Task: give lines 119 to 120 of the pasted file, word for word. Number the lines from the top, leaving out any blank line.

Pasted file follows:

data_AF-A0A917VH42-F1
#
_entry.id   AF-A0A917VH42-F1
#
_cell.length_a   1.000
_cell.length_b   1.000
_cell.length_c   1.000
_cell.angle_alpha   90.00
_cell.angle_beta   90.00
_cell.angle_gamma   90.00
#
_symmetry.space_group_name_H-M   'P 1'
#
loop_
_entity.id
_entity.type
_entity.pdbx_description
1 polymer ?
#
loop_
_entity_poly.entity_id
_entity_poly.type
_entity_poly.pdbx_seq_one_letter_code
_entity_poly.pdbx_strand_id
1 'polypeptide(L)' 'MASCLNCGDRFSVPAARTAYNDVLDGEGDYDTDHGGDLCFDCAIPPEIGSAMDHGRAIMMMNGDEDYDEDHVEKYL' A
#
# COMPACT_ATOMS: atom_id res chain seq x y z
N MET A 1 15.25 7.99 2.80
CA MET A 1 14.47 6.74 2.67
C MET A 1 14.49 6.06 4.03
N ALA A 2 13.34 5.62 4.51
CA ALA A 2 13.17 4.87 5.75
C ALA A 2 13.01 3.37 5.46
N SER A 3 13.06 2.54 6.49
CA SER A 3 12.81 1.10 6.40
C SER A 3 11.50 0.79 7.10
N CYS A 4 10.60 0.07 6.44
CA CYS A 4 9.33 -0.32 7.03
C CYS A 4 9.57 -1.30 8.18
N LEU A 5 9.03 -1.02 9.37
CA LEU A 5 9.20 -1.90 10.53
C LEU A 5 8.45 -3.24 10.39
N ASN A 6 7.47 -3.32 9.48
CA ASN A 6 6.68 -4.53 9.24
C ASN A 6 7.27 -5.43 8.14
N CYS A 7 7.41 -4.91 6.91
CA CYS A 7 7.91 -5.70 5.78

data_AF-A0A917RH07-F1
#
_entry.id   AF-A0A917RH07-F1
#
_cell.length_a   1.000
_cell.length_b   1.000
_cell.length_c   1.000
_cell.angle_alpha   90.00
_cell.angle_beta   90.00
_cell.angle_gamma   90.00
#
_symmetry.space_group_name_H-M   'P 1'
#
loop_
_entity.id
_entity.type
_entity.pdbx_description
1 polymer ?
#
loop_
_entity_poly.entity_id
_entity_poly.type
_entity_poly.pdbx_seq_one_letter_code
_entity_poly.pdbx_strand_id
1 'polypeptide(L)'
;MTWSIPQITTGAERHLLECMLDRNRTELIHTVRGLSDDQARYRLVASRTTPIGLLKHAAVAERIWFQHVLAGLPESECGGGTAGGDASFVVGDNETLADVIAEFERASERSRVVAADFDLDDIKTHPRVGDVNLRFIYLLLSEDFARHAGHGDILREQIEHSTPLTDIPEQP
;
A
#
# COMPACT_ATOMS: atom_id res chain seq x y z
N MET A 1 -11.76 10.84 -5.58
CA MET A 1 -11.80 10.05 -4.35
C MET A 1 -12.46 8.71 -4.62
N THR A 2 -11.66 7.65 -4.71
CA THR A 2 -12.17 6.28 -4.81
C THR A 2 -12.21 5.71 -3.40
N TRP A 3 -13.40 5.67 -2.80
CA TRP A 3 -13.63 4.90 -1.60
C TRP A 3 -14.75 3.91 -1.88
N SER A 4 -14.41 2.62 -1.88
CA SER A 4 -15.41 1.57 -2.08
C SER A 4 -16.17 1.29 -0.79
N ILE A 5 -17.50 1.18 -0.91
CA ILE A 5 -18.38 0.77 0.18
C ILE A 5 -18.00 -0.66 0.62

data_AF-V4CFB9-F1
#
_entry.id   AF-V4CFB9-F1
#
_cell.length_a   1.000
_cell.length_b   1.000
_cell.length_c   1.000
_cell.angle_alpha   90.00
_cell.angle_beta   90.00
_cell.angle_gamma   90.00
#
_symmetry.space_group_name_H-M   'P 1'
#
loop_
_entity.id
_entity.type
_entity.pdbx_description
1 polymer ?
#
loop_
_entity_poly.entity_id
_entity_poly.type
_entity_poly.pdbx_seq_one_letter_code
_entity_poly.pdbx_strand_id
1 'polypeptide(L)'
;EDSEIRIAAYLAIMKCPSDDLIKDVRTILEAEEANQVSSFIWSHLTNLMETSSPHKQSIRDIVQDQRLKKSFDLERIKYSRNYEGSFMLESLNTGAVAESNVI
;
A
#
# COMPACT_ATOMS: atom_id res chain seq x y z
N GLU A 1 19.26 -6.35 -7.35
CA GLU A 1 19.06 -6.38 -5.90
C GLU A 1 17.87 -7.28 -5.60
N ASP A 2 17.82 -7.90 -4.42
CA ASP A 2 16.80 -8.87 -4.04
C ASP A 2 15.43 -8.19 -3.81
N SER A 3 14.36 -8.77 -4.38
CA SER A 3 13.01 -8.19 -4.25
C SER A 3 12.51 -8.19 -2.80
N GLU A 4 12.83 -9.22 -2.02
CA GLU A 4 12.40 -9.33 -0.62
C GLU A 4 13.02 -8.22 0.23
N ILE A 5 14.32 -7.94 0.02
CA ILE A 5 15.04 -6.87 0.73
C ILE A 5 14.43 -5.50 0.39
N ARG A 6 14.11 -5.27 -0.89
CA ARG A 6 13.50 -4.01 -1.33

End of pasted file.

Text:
;
A